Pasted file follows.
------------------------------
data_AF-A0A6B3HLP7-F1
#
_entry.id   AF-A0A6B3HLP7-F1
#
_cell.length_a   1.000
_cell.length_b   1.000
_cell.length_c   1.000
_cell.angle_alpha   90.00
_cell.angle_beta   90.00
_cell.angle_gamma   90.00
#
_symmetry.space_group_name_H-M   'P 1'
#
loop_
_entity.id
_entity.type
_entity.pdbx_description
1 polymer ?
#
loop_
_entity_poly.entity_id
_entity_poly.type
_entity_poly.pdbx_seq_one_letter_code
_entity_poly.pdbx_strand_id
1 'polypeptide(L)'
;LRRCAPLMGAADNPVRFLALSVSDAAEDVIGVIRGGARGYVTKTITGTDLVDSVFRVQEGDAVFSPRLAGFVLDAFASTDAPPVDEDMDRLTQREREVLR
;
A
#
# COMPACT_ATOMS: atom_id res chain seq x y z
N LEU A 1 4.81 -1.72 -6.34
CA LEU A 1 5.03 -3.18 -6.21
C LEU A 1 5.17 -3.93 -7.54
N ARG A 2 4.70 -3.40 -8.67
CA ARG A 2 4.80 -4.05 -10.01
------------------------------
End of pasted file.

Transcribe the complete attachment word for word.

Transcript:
data_AF-A0A6B3HLP7-F1
#
_entry.id   AF-A0A6B3HLP7-F1
#
_cell.length_a   1.000
_cell.length_b   1.000
_cell.length_c   1.000
_cell.angle_alpha   90.00
_cell.angle_beta   90.00
_cell.angle_gamma   90.00
#
_symmetry.space_group_name_H-M   'P 1'
#
loop_
_entity.id
_entity.type
_entity.pdbx_description
1 polymer ?
#
loop_
_entity_poly.entity_id
_entity_poly.type
_entity_poly.pdbx_seq_one_letter_code
_entity_poly.pdbx_strand_id
1 'polypeptide(L)'
;LRRCAPLMGAADNPVRFLALSVSDAAEDVIGVIRGGARGYVTKTITGTDLVDSVFRVQEGDAVFSPRLAGFVLDAFASTDAPPVDEDMDRLTQREREVLR
;
A
#
# COMPACT_ATOMS: atom_id res chain seq x y z
N LEU A 1 4.81 -1.72 -6.34
CA LEU A 1 5.03 -3.18 -6.21
C LEU A 1 5.17 -3.93 -7.54
N ARG A 2 4.70 -3.40 -8.67
CA ARG A 2 4.80 -4.05 -10.01